A death anniversary is the anniversary of the death of a person. It is the opposite of birthday. It is a custom in several Asian cultures, including Armenia, Cambodia, China, Georgia, Hong Kong, Taiwan, India, Myanmar, Iran, Israel, Japan, Bangladesh, Korea, Nepal, Pakistan, the Philippines, Russia, Belarus, and Vietnam, as well as in other places with significant overseas Chinese, Japanese, Jewish, Korean, and Vietnamese populations, to observe the anniversary on which a family member or other significant individual died. There are also similar memorial services that are held at different intervals, such as every week.
Although primarily a manifestation of ancestor worship, the tradition has also been associated with Confucianism and Buddhism (in East Asian cultural civilizations) or Hinduism (South Asia but mainly in India). In Judaism (the majority religion of Israel), such a commemoration is called a yahrtzeit (among other terms). Celebration of mass in memory of a loved one on or near the anniversary of their death is also a part of Roman Catholic tradition.
In China, a death anniversary is called 忌辰; jìchén or 忌日; jìrì. This type of ceremony dates back thousands of years in China (at least to the Shang Dynasty) and historically involved making sacrifices to the spirits of one's ancestors.
Shraadh means to give with devotion or to offer one's respect. Shraadh is a ritual for expressing one's respectful feelings for the ancestors. According to Nepali and Indian texts, a soul has to wander about in the various worlds after death and has to suffer a lot due to past karmas. Shraadh is a means of alleviating this suffering.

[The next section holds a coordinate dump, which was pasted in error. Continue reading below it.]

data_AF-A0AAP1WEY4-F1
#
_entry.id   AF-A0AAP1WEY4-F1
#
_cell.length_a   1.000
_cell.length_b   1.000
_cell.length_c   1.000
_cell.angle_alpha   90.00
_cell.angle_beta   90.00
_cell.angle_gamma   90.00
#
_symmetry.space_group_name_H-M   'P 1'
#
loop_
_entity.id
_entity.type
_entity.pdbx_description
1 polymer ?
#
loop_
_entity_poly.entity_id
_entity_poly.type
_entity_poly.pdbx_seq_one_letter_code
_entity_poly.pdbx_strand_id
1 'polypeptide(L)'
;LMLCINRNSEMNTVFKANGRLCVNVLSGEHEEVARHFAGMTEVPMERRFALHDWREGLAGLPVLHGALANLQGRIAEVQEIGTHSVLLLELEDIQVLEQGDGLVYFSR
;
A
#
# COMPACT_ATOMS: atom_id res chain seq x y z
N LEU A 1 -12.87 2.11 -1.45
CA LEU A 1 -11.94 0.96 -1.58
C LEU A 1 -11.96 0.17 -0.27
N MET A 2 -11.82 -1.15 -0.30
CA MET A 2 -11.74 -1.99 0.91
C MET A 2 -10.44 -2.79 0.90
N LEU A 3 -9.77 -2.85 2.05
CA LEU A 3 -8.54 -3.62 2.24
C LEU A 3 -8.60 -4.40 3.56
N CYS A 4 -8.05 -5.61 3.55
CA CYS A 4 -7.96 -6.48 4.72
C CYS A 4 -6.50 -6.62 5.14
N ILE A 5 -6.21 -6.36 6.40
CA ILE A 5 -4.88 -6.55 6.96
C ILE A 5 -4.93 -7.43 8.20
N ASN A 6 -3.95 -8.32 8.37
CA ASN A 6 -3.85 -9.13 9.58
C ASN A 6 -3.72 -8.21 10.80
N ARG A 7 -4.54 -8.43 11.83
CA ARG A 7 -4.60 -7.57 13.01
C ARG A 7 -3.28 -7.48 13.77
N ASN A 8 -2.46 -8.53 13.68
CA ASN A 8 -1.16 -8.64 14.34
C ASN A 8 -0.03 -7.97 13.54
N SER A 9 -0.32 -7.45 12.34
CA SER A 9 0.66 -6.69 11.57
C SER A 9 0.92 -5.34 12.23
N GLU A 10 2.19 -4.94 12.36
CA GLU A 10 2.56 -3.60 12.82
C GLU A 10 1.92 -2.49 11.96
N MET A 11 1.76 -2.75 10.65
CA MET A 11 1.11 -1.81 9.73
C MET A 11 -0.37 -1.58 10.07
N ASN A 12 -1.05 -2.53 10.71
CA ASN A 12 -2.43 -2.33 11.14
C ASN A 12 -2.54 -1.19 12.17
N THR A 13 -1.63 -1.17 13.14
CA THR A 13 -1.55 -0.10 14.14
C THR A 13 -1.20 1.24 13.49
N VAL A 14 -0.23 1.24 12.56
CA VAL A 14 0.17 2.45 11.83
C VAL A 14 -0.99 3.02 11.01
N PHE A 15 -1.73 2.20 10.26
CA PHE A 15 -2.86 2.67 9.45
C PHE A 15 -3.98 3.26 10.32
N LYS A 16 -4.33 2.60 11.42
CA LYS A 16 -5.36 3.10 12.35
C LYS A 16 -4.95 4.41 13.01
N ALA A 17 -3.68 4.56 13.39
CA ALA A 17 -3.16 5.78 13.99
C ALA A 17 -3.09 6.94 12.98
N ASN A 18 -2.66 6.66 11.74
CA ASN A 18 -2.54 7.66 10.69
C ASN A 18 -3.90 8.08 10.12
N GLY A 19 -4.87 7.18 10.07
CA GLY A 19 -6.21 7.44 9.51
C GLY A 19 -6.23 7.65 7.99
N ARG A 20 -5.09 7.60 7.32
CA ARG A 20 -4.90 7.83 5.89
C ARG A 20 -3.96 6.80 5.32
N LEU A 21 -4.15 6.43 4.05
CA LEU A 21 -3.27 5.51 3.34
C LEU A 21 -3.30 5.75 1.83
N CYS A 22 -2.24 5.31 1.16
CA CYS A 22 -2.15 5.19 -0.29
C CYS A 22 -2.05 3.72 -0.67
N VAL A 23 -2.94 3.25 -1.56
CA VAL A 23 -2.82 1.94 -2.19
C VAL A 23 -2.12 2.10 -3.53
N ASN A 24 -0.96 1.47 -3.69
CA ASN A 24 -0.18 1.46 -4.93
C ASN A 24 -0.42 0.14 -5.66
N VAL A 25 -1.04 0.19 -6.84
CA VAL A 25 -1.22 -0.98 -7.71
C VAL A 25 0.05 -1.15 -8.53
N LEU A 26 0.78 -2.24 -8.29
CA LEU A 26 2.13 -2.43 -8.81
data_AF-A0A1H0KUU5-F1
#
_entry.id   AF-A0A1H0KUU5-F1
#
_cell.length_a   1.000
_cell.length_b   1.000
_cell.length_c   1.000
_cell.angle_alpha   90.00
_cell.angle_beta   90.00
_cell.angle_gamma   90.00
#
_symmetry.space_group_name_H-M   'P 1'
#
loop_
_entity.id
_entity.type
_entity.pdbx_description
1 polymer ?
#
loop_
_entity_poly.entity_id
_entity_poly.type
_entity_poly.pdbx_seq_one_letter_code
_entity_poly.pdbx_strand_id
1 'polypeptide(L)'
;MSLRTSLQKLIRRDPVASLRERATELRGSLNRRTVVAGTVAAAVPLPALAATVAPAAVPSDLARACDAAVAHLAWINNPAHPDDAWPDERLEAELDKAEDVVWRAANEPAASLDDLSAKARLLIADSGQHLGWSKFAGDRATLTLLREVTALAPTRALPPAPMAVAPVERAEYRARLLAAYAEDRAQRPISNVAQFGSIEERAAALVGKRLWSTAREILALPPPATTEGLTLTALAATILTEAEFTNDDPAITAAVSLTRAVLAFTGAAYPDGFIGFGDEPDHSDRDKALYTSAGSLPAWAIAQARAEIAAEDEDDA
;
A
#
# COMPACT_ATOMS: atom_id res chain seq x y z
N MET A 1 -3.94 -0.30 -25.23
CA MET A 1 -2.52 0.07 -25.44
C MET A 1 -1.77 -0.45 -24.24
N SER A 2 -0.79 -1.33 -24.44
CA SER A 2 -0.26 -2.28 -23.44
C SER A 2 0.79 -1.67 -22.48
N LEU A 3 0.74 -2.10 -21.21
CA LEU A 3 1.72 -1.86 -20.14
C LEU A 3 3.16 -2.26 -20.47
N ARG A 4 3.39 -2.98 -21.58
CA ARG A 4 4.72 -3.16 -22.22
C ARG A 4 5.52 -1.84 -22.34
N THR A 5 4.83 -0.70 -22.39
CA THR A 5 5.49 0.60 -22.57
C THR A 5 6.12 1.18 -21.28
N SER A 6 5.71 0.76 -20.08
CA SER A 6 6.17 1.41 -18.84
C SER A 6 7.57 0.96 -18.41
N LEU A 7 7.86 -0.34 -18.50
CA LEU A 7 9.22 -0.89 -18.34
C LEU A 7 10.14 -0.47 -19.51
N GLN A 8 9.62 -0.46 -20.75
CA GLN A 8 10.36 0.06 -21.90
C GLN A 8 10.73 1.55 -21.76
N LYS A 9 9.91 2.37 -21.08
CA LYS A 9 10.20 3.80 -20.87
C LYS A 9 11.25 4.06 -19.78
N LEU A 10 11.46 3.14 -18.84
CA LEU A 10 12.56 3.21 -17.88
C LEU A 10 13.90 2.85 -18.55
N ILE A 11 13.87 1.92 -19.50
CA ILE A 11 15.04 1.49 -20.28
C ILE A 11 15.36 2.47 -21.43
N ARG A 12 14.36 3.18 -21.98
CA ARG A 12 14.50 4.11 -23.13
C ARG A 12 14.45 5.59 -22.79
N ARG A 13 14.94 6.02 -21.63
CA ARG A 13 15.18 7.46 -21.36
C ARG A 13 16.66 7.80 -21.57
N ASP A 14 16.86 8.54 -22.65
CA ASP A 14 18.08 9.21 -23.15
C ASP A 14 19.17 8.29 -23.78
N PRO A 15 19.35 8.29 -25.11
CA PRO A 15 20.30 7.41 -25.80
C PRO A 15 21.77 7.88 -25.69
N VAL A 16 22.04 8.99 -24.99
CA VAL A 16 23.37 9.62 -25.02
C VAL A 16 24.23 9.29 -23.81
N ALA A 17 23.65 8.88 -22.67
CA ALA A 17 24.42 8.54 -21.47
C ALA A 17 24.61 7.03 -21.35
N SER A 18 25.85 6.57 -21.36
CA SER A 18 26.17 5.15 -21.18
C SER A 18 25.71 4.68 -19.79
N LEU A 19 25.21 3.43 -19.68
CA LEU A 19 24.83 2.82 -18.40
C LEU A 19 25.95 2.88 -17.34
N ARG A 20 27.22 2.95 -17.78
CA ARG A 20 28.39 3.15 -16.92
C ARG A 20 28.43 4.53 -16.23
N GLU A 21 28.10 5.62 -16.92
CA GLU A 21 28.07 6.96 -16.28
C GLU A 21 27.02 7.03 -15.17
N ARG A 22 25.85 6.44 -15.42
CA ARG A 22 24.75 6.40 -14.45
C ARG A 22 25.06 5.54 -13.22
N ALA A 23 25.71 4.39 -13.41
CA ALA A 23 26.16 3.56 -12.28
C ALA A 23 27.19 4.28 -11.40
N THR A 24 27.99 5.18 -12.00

Shraddhyaa Kriyate Yaa Saa: Shraadh is the ritual accomplished to satiate one's ancestors. Shraadh is a private ceremony performed by the family members of the departed soul. Though not mandated spiritually, it is typically performed by the eldest son and other siblings join in offering prayers together.
Then After four Year Chawarak is also done.
In Japan, a death anniversary is called meinichi (命日), kishin (忌辰), or kijitsu/kinichi (忌日). Monthly observances of a death are known as tsuki meinichi (月命日), while annual anniversaries are known as shōtsuki meinichi (祥月命日).
Observant Jews commemorate the yahrtzeit (Yiddish: יאָרצײַט, romanized: yortsayt) of the death of parents, siblings, spouses, or children according to the Hebrew calendar. The main observance involves recitation of kaddish prayer, and a widely practiced custom is to light a special candle that burns for 24 hours, called a yahrtzeit candle.
In Korea, ancestor worship ceremonies are referred to by the generic term jerye (제례). Notable examples of jerye include Munmyo jerye and Jongmyo jerye, which are performed periodically each year for venerated Confucian scholars and kings of ancient times, respectively.
The ceremony held on the anniversary of a family member's death is called gije (기제) , and is celebrated by families as a private ceremony. For such occasions, the women of the family traditionally prepare an elaborate set of dishes, including tteok, jeon, jeok, and so forth.